News Stories on Human ResearchProtection and
April 16, 2002
Do Risk Factors NecessarilyLead to Disease?
Dr. Peter Gotzsche, who touched off a firestorm when hechallenged the assumption that early detection of a tumor by a mammogram iscritical for saving lives, has written a provocative article in TheBritish Medical Journal, challenging the unproven suppositions about avariety of cancer screening tests:
"Senior scientists argue that this debate should notbe taking place in public. This misguided paternalism makes us wonder why healthprofessionals are so eager to intervene in healthy people’s lives and aboutthose people’s own perspectives on risks."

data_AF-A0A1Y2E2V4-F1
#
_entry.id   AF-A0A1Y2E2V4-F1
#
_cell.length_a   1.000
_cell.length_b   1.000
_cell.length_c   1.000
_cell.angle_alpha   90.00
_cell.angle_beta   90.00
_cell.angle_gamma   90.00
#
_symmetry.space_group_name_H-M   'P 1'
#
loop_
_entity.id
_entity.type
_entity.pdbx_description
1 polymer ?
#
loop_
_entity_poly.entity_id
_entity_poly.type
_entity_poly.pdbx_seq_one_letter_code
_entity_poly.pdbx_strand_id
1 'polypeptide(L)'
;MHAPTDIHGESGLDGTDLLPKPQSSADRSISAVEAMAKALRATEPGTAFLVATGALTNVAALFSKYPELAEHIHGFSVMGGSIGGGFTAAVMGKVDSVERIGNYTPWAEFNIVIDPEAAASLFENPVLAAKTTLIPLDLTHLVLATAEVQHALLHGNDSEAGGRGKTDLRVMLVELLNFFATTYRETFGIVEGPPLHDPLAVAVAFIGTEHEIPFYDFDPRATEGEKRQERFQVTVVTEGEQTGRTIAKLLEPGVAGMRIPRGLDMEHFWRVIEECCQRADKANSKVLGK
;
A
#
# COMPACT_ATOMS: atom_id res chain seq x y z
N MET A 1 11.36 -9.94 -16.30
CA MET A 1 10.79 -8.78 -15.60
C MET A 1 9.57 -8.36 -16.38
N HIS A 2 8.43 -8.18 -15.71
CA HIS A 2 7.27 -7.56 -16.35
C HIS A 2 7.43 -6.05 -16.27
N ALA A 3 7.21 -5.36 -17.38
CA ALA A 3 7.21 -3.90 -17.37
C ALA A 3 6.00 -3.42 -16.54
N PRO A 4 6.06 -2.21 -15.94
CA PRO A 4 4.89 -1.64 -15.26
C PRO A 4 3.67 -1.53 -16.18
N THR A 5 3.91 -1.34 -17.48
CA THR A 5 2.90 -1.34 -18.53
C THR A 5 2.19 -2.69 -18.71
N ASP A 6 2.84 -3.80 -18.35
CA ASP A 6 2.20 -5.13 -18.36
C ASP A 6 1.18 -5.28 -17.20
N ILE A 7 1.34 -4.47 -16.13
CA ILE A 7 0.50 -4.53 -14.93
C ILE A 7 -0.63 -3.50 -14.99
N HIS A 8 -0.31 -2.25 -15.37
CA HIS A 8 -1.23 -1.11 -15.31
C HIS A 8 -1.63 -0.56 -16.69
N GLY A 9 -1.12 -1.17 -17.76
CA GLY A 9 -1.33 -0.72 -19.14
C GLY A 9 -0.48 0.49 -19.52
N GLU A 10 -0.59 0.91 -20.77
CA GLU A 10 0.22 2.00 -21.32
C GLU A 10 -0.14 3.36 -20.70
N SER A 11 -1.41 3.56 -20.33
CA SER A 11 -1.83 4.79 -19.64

Dr. Gotzsche argues against the underlying belief thatrisk factors are a reliable barometer for the presence of disease:"Precursors to cancer can be seen in most healthy people above middle age,and the potential for screening to cause harm and lead to a diagnosis of"pseudo-disease" is frightening. Whether risk factors should be turnedinto diseases also needs careful reflection…"
Similarly, we note with ever growing concern about effortsnow underway to reinterpret federal regulatory protections in order toaccommodate the need for pediatric research subjects. The mandate to protectchildren is giving way to facilitate the interests of academic research centers.Those eager to recruit children for research argue that healthy children maynevertheless be "at risk" for the condition being studied.